'I'm not looking for an election': Premier optimistic heading into 2019
John Horgan says leading a minority government has been 'challenging' but 'invigorating'
Premier John Horgan insists B.C. has a stable government, pointing to a strong economy, a new climate plan and long-awaited ride-hailing legislation.
But what about the legislature suspensions scandal that saw Sergeant-at-Arms Gary Lenz and Clerk of the House Craig James placed on administrative leave pending a police probe?
And how would the NDP would fare in a snap election?
Horgan sat down with CBC reporter Tanya Fletcher for a year-end interview recorded Dec. 4.
The interview was conducted before the results of B.C.'s referendum on electoral reform were released.
Strong economy vs. affordability crisis
British Columbians hear your government raving about the great state of B.C.'s economy, yet many parts of the province are still plagued by an affordability crisis — how do you reconcile that disparity?
That was what people were hearing from the previous government — that everything was grand — but they weren't feeling that. So what we've done since we formed government is taken tangible steps to reduce costs for people.
We eliminated tolls on the Port Mann and Golden Ears bridges. B.C. was the last province that had Medical Services Premiums — or MSP premiums — so we're going to be eliminating that completely by the end of next year.
We've brought in a speculation and vacancy tax, which a handful of people have made a lot of noise about, but a whole bunch of people are really happy about because it's dampened down the cost of housing, which has allowed us to build more supply.
Also child care; we have seen transformative changes for families and the cost of caring for children.
Watch the full interview here:
What do you say to critics who blame your government for bowing to a powerful taxi lobby by dragging your feet on ride-hailing?
I say to those critics that the BC Liberals had five years to introduce ride-hailing and didn't. Yet in 16 months, we have brought in legislation to enable ride-hailing to come next year. People can quibble about timing, people can quibble about regulations.
But I think the public wants to know that when they get in a vehicle — whether it's a taxi or a ride-hail vehicle — the driver has been trained properly, has an appropriate licence to carry passengers, and has had a criminal record check.
So I appreciate that critics want to be critical, but I am proud that we were able to get something done that the previous government couldn't do in half a decade.
Since the Clerk and Sergeant-at-Arms were suspended, there has been a chorus of "we can't comment" at the legislature; do you think that's perceived by the public as an over-simplified answer?
It's not just a go-to answer, you don't want to corrupt the integrity of the investigation.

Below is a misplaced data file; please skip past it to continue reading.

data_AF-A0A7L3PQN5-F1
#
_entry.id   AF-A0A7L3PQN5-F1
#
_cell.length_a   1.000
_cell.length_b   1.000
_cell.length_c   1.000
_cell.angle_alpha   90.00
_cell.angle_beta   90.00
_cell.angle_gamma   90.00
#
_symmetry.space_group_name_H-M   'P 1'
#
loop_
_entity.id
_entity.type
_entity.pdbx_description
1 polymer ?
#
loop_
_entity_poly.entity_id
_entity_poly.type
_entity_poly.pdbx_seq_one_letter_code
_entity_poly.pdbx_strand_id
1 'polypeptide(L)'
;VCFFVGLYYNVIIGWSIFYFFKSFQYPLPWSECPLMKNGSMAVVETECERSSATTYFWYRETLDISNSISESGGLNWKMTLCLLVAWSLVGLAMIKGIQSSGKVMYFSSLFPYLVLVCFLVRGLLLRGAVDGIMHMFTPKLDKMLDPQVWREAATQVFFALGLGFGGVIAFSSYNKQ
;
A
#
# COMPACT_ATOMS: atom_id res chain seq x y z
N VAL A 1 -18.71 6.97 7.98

It's a matter of appropriate behaviour for political representatives to not interfere or intervene in a criminal investigation - and that's what's underway right now.
I don't know the details, I haven't asked. Even if I did ask, I wouldn't be told. I'm hopeful this can be addressed quickly and we can get back to business as usual. So I don't see that as a crutch answer, I see that as an imperative.
Balance of power
Has the NDP / Green alliance been more difficult than you expected?
It's very challenging, absolutely. Not from a personality perspective, but when you have differences of opinion and you have to work through to a conclusion, that takes time and emotional energy.
So that's been a challenge, no question. But it's also invigorating because you find solutions by working cooperatively. Mr. Weaver and I have been able to demonstrate that although we disagree on several things, we've found more things that we do agree on.
That's led to, I think, a pretty stable government that's had positive outcomes for people.
If there were a snap election, how confident are you that your government could win a majority?
I'm certainly not looking for an election and I don't think the public of B.C. is looking for an election either.
The Liberals are unhappy and that's fine; the New Democrats were unhappy when the Liberals were in power — that's the nature of partisanship. But I'm finding it quite exhilarating to work with people across party lines on issues that we can agree on.
There are the Liberals who support LNG, so I'm finding an opportunity to work with them on some economic issues where I can't work with the Greens.
So I think that, for me, being in a minority government means that I have to work harder and find alliances that exist.
This interview has been edited for clarity and structure.